10th book in one of my favorite cozy mystery series. These are books I keep on my bookshelf to reread again & again. The plots are always well thought out, but it's the writing and the characters that make the books. Sarah Kelling & Max Bittersohn and especially their family & friends are quirky, but lovable. There are touches of comedy & romance throughout the stories of a detective(s) with ties to Boston Society & the genteel life. In Resurrection Man the story revolves aro ...more
Margaret
Jul 14, 2015 Margaret rated it really liked it  ·  review of another edition
On parentage: "...the (her) shy young mother had not been bold enough to ask her father what his last name was during their brief but fruitful relationship." What a delightful circumlocution in this romp of a happy-endings mystery. I probably miss half the references--or more. I also get exposure to words I am not familiar with. Such as Stymphalian.
Highly recommended. If you like that sort of thing.
Maria
Feb 22, 2013 Maria rated it really liked it  ·  review of another edition
Shelves: mystery
Sarah and Max are back and investigating a murder and theft. There are a host of new characters as well as a return of many of the old characters. We see a new side to Jesse Kelling, Lionel's oldest son, now 16. I have to admit he has a very strange mother. It's a shame there are no more books in this series. I'm still wondering what happened to the Count from the last book, but was very pleased to see Lydia Ouspenska back again.
Shannon
Sep 14, 2012 Shannon rated it it was ok  ·  review of another edition
Shelves: mysteries
It held my interest enough to finish, but the writing style wasn't great. The characters were hard to keep track of, there were comma splices on nearly every page, and MacLeod often chose big words where small ones would do. (I had a really hard time believing people -- even Boston blue bloods -- would use some of those words in everyday conversation.)
Teri-k
Sep 13, 2015 Teri-k rated it really liked it
I remembered that the later books in this series weren't that good, but I really enjoyed this one, #10. It had an interesting set-up and enough action to keep the plot moving. I also appreciated that it focused on Max and Sarah and didn't get too caught up in other people. Now I look forward to rereading more of this series.
Lexi
Jan 31, 2010 Lexi rated it really liked it  ·  review of another edition
Shelves: mystery
A bit darker than most of the MacLeod books thus far, but Sarah and Max Bittersohn, her detective couple, are back with a vengeance in this one. The ending is a bit convoluted and not quite plausible, but creative and fun characters make it worthwhile. Enjoyable read.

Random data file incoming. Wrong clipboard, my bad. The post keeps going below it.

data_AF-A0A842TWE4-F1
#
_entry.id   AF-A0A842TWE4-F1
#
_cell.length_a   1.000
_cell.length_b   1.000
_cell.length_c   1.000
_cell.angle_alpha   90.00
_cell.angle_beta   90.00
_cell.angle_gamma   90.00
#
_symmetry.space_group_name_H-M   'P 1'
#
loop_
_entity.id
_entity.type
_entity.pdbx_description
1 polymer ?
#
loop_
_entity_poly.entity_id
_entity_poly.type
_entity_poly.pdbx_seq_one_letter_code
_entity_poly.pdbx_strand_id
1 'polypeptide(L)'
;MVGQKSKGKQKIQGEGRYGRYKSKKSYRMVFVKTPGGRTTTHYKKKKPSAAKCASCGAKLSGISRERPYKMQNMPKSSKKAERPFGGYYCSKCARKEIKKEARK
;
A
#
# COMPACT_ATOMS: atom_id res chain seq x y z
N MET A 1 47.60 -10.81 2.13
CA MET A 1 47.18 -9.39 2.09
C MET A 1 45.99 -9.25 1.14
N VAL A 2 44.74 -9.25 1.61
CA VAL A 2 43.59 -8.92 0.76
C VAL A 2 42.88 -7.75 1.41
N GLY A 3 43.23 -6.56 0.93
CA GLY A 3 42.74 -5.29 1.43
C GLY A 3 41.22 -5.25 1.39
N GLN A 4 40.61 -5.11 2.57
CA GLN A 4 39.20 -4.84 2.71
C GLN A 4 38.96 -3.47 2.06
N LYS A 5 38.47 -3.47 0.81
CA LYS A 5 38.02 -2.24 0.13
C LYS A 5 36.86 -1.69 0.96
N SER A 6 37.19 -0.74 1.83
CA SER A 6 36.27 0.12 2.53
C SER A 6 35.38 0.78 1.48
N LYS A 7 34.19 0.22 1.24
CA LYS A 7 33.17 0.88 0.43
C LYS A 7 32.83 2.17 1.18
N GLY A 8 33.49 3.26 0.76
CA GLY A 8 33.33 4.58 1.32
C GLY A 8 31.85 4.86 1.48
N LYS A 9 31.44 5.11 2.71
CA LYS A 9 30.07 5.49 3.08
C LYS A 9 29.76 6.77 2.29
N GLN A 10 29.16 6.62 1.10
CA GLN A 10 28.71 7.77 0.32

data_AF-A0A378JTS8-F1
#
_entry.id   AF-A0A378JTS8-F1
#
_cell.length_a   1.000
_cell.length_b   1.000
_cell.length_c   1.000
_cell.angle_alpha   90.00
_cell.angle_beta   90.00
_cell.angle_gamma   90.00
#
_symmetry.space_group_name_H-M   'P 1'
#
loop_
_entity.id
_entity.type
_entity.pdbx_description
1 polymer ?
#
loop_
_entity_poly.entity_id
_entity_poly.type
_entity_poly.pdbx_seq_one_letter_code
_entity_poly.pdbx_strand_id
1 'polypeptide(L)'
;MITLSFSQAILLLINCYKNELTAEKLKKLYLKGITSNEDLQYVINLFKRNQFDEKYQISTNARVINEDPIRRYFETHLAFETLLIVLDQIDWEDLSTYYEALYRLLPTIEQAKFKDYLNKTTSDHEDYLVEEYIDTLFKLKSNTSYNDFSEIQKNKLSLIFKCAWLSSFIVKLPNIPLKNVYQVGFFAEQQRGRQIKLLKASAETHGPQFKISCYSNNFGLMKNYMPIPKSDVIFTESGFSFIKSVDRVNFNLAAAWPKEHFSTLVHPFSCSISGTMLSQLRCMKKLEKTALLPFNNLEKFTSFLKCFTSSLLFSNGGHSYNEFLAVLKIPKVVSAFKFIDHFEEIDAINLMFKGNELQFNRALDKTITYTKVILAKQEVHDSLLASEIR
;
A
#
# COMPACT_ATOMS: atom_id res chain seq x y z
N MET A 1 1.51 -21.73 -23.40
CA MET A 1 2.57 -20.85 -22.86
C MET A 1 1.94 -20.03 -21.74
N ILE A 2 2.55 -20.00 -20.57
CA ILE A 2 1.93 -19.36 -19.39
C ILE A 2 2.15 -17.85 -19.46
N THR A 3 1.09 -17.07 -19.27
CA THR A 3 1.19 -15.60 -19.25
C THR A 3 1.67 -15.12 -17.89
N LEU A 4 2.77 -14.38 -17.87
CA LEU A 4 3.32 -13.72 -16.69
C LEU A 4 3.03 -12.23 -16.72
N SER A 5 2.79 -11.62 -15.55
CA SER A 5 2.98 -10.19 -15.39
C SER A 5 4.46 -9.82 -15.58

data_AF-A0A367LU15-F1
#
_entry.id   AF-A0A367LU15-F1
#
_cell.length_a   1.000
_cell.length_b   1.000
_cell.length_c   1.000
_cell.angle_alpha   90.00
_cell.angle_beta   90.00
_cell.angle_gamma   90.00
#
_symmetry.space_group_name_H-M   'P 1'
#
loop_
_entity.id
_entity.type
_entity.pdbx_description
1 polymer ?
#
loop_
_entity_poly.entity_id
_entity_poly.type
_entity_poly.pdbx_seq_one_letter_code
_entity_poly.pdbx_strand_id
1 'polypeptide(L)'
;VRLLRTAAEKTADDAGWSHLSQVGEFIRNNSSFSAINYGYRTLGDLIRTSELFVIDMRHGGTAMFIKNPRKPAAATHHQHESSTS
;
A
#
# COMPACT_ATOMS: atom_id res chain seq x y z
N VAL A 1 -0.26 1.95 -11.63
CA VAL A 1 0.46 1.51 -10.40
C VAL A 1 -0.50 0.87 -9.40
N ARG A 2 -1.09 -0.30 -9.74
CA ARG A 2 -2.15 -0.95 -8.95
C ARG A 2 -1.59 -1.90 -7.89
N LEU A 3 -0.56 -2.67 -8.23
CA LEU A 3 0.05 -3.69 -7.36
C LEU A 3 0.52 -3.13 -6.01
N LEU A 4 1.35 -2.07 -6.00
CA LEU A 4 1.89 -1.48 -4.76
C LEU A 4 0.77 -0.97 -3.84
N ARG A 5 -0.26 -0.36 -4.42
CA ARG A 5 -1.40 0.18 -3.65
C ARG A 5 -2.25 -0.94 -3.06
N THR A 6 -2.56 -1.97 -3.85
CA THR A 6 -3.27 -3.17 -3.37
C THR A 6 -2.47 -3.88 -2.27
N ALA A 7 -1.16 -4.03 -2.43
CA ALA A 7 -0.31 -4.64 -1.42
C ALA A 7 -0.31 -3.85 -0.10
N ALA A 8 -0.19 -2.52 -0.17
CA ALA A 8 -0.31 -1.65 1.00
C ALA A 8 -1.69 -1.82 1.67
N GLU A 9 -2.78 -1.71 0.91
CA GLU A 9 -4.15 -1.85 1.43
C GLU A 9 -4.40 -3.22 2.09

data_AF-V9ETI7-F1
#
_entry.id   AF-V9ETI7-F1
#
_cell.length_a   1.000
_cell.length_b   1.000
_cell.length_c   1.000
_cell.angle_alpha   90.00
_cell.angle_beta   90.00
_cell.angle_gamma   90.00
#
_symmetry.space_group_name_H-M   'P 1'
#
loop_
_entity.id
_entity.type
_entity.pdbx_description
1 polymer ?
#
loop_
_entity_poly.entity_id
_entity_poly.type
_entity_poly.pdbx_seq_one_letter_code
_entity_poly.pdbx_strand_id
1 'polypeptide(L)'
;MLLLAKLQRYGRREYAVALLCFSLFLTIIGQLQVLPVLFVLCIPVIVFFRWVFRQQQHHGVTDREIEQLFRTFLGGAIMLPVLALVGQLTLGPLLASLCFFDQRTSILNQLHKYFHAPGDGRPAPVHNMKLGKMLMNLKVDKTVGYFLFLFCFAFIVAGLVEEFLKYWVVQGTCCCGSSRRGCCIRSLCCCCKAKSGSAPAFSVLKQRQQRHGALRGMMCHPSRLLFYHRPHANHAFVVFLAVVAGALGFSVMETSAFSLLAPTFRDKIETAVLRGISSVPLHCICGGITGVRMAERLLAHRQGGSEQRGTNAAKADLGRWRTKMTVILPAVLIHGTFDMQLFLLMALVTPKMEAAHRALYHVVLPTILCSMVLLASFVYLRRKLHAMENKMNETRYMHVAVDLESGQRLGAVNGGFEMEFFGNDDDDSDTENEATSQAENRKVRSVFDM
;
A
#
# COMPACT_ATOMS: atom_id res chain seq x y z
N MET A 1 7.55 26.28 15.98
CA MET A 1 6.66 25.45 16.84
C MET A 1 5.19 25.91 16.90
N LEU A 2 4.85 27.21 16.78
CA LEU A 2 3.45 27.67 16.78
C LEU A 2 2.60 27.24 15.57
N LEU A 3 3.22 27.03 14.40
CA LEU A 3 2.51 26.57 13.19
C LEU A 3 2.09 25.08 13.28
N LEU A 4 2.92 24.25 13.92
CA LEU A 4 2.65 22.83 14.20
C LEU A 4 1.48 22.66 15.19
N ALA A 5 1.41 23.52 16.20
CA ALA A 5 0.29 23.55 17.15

Michele
It seems there are a lot of books called "Resurrection Man." It certainly is a compelling title. Anyway, this is the murder mystery one. It might not be the best Kelling/Bittersohn mystery, but it was entertaining, especially the last few chapters which are quite funny.
Cindy
Mar 25, 2012 Cindy rated it it was ok  ·  review of another edition
This was a bit hard to get into and to follow. some of the terminology is set at another era and I didn't really see the point of things until the last 20 pages. Long, slow and painful.
Jody Hamilton
Not my favorite in the Bittersohn/Kelling series. Only two more to go, though, and I'm finished with the series. Darn, I miss the Peter Shandy series by the same author.
Phyllis
This is a very light hearted mystery. I like it for the fact that she
is so whimsical and easy to read. Some authors telescope whodunit but Charlotte McCleod does not.
Paula
Jun 20, 2013 Paula rated it did not like it  ·  review of another edition
Shelves: z2013-reads
Just cant read this series anymore. I enjoy listening to them but find it difficult to find them on audio. Have decided to just skip them. too many other books on my "to read" shelf.
Donna
Aug 21, 2015 Donna rated it liked it  ·  review of another edition
Shelves: mystery, read-in-2015
Cozy comfort read. The usual cast of quirky characters and a mysterious stranger in a red track suit.
Linda
Linda rated it really liked it
Jul 30, 2011
Wodwo
Wodwo rated it it was amazing
Nov 21, 2014
Christine
Christine rated it liked it
Sep 16, 2014
Lisa Berry
Lisa Berry rated it really liked it
Sep 11, 2013
Saralee
Saralee rated it it was amazing
May 04, 2011
CL
CL rated it it was amazing
Feb 09, 2013
Lynn
Lynn rated it it was amazing
Jan 21, 2012
Teena Welch
Teena Welch rated it it was amazing
Mar 24, 2016
Dawn
Dawn rated it really liked it
Nov 05, 2010
Emily
Emily rated it really liked it
Apr 02, 2012
Melanie
Melanie rated it liked it
Aug 09, 2007
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Naturalized US Citizen

Also wrote as Alisa Craig

Charlotte MacLeod, born in New Brunswick, Canada, and a naturalized U.S. citizen, was the multi-award-winning author of over thirty acclaimed novels. Her series featuring detective Professor Peter Shandy, America's homegrown Hercule Poirot, delivers "generous dollops of...warmth, wit, and whimsy" (San Francisco Sunday Examiner and Chronicle). But full
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More about Charlotte MacLeod...

Other Books in the Series

Kelling & Bittersohn (1 - 10 of 12 books)
  • The Family Vault (Kelling & Bittersohn, #1)
  • The Withdrawing Room (Kelling & Bittersohn, #2)
  • The Palace Guard (Kelling & Bittersohn, #3)
  • The Bilbao Looking Glass (Kelling & Bittersohn, #4)
  • The Convivial Codfish (Kelling & Bittersohn, #5)
  • The Plain Old Man (Kelling & Bittersohn, #6)
  • The Recycled Citizen (Kelling & Bittersohn, #7)
  • The Silver Ghost (Kelling & Bittersohn, #8)
  • The Gladstone Bag (Kelling & Bittersohn, #9)
  • The Odd Job (Kelling & Bittersohn, #11)